Unanswered Questions ::
Amid the raging debate over pricing and offsets deal, a number of questions are yet to be fully answered. Will the Jets be Delivered Earlier? The government has claimed that it struck a deal for buying the fighters off the shelf – at the cost of sacrificing the Make in India concept – so as to get quicker delivery of the aircraft and secure the country’s defence. However, the 36 Rafale jets are to be delivered within 67 months of the signing that took place in October 2016. The first of these jets will not arrive before October 2019. The time frame is similar to the delivery schedule under the UPA-negotiated deal, which envisaged getting 18 jets off the shelf. Internal documents show that the government’s assessment is that it saved “five months” in the delivery schedule with its offthe-shelf purchase. Given that not a single jet is being made in India, this does not amount to a significant saving on delivery time.
Can Sovereign Guarantee Replace Bank Guarantee?
In the Rafale deal, the French negotiated a mechanism as per which its government would act as guarantor. This was a departure from regular commercial purchases, where the winning company is required by law to furnish guarantees from an international bank that can be encashed by the purchaser in case deliveries are not made on time after payments have been made. There was significant discomfort on the Indian side when this was being discussed as the French assurances were not “watertight”, according to a section of the bureaucracy.
Significantly, among the seven reasons cited for withdrawing the UPA version of the deal in June 2015 was Dassault Aviation’s failure to furnish performance and warranty bonds and its refusal to act as a single point of responsibility. It’s unclear how the government resolved the issue of absence of bank guarantee given clear reluctance in the bureaucracy. Moreover, it is not clear whether adequate safeguards have been built into the contract to ensure that India can penalise the manufacturer for violations such as delivery delays or a failure to meet offset obligations.
Why was Cheaper Option Rejected?
The government’s internal notes show that a key reason for scrapping the UPA’s Rafale deal was that the French aircraft, though initially thought to be cheaper, was turning out to be more expensive than the Eurofighter after detailed commercial discussions. So it is unclear why the government selected the Rafale jets for purchase. The Indian Air Force had selected the Rafale jets after an elaborate process during the UPA regime. But it was not the only aircraft to be selected – the air force had also found the Eurofighter, built by EADS, as compliant with the requirements. When the NDA government decided to buy 36 new jets, it did not consider the Eurofighter, which was cheaper, as per the government’s analysis, as per the terms of the previous deal. In July 2014, Germany had even made an offer to the NDA government to further reduce the price of the Eurofighter by 20%, but India didn’t respond.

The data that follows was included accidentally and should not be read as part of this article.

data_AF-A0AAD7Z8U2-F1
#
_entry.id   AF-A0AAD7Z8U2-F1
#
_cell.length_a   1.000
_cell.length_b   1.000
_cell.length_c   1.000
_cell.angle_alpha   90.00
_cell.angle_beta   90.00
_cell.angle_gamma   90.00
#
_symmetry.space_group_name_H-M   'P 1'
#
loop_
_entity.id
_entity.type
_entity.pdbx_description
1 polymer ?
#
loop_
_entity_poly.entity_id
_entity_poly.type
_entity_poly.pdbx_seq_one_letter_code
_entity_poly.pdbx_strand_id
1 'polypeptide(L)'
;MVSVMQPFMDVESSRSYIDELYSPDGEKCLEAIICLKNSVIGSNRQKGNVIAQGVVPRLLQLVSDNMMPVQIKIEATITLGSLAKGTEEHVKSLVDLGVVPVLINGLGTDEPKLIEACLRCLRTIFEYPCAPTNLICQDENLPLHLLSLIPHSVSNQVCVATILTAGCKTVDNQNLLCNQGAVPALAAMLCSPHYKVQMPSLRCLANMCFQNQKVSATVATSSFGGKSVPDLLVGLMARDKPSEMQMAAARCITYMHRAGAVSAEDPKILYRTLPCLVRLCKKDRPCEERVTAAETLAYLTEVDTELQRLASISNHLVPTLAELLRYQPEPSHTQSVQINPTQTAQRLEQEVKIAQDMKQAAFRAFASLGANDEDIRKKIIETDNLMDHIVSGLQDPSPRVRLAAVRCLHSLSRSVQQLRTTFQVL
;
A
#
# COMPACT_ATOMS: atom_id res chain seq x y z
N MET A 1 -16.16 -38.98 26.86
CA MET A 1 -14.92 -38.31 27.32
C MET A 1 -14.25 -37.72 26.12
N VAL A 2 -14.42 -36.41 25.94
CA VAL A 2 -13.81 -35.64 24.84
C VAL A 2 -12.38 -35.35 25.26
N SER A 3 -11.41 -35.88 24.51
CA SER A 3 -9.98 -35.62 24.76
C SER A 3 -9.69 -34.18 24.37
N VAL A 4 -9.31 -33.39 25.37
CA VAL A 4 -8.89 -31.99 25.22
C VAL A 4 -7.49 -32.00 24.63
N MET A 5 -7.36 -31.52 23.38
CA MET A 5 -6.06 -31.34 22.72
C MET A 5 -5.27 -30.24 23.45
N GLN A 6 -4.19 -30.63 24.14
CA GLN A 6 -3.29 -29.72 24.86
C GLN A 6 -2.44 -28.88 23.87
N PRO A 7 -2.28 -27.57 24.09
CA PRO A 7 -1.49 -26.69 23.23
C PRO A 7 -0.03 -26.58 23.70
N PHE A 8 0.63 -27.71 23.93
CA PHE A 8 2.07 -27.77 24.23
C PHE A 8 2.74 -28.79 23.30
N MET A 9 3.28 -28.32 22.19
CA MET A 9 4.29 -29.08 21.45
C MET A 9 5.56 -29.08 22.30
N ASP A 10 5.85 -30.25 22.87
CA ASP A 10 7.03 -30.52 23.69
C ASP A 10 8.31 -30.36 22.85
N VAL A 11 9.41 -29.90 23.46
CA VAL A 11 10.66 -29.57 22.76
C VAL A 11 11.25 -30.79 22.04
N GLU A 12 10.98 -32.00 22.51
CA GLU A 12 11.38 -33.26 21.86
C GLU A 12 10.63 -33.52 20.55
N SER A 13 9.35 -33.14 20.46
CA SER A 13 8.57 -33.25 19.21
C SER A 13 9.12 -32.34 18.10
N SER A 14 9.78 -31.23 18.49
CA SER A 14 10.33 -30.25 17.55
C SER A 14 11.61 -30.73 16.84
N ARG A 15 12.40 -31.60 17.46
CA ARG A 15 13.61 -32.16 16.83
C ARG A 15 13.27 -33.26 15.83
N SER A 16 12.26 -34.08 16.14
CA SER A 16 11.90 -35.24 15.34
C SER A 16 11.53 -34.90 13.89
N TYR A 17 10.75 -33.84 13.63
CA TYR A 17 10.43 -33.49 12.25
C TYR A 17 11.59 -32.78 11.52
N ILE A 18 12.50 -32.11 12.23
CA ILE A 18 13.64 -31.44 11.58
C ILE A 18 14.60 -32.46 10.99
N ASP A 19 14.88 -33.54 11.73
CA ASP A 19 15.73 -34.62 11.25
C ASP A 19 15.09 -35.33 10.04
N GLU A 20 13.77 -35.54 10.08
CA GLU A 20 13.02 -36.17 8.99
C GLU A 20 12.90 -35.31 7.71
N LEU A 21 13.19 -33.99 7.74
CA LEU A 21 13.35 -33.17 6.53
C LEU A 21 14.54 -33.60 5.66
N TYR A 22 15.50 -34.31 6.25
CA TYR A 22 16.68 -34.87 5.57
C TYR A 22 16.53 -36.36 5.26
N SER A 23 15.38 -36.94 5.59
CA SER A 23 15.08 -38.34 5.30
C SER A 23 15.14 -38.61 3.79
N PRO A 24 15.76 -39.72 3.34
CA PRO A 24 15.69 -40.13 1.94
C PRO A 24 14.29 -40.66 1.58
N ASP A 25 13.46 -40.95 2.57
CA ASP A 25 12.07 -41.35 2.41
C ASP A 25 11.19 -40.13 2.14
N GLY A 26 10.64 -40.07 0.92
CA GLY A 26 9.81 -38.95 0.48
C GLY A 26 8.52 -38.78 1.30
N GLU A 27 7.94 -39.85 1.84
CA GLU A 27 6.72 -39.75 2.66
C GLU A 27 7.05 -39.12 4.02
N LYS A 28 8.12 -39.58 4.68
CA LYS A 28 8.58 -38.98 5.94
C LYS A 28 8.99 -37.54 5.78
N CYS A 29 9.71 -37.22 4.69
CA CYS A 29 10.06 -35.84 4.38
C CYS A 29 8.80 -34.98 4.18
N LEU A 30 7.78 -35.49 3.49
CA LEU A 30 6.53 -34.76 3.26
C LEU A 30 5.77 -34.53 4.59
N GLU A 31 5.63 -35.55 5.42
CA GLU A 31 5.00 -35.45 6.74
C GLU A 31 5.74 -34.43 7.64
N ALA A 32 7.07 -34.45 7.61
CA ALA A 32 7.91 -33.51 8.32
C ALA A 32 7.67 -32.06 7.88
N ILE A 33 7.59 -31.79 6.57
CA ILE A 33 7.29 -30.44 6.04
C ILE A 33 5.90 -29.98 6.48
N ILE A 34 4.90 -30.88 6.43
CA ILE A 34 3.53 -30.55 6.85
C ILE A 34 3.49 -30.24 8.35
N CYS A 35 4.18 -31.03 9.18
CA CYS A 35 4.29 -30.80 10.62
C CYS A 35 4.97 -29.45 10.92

The Germans had also promised to divert deliveries of Eurofighter Typhoon jets from Britain, Italy and Germany to meet India’s needs on an urgent basis. However, no negotiations were carried out after it became clear that only the Rafale was being considered by the Indian government. Critics argue that detailed discussions with Germany could have at least forced Dassault to offer a more competitive price for Rafale jets. That’s why, they say, talks with only a single vendor are avoided as much as possible under the defence procurement rules.
Why Only 36 Fighter Jets?
The biggest mystery has been how the government decided to strike a deal for 36 Rafale jets and not more given the much larger requirement of the Indian Air Force. After all, the figure of 126 aircraft was arrived at after much analysis to replace older generation Russian jets that are being retired. Even when discussions with the French side started for a fresh deal, the air force held on to its minimum requirement. It is believed that at one point, the top leadership projected that to maintain a viable fleet, it would require at least 72 fighter jets of the type and that anything below this would be suboptimal.
However, the final deal for 36 fighter jets was struck without even a followon clause to purchase a similar number in the future (if required) at similar prices. As a result, the air force is now hard pressed for resources. Limiting the purchase of the cutting-edge fighter jets to 36 and the near cancellation of the fifth-generation fighter aircraft programme with Russia have left the air force at a dangerous precipice. If its plans to acquire 116 fighter jets under a Make in India programme do not take off within a year, 2022 will see its aerial combat edge dropping to an all-time low.